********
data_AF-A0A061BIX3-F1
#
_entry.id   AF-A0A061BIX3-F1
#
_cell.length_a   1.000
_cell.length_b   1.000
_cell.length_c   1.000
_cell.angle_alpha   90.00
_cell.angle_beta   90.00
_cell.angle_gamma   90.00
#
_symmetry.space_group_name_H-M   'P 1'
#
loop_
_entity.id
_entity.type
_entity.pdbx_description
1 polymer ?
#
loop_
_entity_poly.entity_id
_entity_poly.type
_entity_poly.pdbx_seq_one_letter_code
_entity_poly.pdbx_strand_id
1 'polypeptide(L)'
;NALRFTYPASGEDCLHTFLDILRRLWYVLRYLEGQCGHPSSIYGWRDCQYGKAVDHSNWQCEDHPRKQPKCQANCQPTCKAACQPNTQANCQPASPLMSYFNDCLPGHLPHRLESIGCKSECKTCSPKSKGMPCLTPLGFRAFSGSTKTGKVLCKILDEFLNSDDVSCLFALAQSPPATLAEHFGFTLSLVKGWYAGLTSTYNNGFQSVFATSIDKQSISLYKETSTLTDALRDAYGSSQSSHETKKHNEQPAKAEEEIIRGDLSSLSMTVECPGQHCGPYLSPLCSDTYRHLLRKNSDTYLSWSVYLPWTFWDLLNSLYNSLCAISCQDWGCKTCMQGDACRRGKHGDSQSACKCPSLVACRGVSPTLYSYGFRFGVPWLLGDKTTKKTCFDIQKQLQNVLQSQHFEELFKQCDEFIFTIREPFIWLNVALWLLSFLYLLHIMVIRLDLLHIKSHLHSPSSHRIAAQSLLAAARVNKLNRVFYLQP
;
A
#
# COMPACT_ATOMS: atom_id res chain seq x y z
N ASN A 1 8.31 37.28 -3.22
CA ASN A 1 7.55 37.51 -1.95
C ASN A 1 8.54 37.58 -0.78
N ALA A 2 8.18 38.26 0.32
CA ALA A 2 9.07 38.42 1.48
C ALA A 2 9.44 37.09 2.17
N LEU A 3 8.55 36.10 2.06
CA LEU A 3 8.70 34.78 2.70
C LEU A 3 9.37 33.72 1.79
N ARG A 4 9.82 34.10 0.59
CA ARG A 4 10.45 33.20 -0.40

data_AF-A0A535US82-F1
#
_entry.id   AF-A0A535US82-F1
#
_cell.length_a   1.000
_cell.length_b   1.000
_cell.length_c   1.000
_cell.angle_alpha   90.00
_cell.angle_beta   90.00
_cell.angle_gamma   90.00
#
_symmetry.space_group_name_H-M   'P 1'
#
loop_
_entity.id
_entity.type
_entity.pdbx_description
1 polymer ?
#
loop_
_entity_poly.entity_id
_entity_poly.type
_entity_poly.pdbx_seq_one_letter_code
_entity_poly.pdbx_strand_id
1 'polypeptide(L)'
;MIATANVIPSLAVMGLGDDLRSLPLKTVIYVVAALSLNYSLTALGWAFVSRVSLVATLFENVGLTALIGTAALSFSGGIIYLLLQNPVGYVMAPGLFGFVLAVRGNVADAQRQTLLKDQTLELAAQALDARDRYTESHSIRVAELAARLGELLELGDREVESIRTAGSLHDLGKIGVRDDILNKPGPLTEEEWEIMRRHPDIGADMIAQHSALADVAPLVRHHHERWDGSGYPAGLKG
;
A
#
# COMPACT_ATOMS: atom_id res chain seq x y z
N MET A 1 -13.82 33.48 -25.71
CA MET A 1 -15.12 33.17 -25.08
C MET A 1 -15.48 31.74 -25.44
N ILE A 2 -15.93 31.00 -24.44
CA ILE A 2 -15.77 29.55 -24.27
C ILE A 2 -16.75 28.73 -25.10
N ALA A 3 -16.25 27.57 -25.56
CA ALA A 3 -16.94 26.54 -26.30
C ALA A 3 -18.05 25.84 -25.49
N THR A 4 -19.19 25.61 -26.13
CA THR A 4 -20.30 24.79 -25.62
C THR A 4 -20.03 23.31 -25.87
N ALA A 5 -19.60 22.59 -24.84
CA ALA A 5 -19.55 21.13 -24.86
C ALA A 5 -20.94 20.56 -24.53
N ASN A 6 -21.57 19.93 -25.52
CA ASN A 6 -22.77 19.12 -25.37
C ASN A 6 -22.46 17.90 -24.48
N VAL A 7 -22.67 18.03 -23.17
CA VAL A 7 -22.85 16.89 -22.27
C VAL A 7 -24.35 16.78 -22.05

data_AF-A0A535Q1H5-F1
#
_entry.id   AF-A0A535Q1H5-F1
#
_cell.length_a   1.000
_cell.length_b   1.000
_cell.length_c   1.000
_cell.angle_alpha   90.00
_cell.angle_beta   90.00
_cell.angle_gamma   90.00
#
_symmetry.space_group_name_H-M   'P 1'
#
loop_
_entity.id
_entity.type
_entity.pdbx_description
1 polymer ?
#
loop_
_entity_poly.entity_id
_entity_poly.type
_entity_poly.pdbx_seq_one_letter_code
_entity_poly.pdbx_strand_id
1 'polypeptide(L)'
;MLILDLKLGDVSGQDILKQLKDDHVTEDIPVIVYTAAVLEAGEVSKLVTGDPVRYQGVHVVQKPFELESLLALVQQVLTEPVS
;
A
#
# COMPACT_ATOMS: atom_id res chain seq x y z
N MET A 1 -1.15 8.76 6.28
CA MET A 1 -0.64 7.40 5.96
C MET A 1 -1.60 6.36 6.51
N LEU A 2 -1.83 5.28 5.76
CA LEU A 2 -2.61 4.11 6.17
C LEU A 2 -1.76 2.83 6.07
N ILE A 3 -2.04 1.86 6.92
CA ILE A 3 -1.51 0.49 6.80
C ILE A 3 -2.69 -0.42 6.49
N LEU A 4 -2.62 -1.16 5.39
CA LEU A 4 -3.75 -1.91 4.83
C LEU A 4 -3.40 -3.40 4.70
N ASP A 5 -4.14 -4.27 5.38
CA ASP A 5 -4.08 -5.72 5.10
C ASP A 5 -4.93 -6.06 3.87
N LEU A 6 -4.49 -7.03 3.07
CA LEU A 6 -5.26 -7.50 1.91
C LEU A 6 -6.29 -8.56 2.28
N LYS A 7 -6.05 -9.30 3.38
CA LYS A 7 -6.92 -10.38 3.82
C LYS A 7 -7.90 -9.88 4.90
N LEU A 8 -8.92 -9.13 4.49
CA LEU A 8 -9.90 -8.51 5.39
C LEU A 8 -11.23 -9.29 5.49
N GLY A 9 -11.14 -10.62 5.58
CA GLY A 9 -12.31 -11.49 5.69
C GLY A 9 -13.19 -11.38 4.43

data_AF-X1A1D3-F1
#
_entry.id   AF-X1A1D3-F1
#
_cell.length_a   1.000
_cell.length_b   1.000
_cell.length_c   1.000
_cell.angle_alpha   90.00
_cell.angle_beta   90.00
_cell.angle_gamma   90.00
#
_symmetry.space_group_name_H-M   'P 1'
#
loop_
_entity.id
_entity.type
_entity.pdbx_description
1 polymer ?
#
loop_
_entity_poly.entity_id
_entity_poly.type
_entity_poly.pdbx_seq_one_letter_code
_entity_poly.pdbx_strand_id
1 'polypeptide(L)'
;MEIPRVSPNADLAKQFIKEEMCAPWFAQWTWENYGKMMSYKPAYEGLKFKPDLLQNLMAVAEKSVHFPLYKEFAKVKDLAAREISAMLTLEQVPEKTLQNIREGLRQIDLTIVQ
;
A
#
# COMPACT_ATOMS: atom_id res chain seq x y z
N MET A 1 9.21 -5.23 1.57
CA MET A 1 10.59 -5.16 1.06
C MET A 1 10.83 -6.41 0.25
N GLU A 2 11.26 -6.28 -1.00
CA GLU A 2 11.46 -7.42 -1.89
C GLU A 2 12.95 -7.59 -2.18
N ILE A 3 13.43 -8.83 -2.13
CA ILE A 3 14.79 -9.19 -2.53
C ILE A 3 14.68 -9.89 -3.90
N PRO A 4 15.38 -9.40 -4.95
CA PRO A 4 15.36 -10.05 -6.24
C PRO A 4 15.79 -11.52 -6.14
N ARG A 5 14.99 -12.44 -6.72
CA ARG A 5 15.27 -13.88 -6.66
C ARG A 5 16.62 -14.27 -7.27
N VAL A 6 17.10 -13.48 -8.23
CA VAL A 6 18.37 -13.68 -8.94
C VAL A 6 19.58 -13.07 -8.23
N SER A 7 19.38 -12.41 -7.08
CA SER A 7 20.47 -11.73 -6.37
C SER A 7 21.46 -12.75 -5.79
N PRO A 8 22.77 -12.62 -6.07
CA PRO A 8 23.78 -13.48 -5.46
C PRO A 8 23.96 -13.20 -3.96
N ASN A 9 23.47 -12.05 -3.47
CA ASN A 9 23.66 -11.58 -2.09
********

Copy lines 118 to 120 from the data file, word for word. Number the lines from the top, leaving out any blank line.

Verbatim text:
;MLILDLKLGDVSGQDILKQLKDDHVTEDIPVIVYTAAVLEAGEVSKLVTGDPVRYQGVHVVQKPFELESLLALVQQVLTEPVS
;
A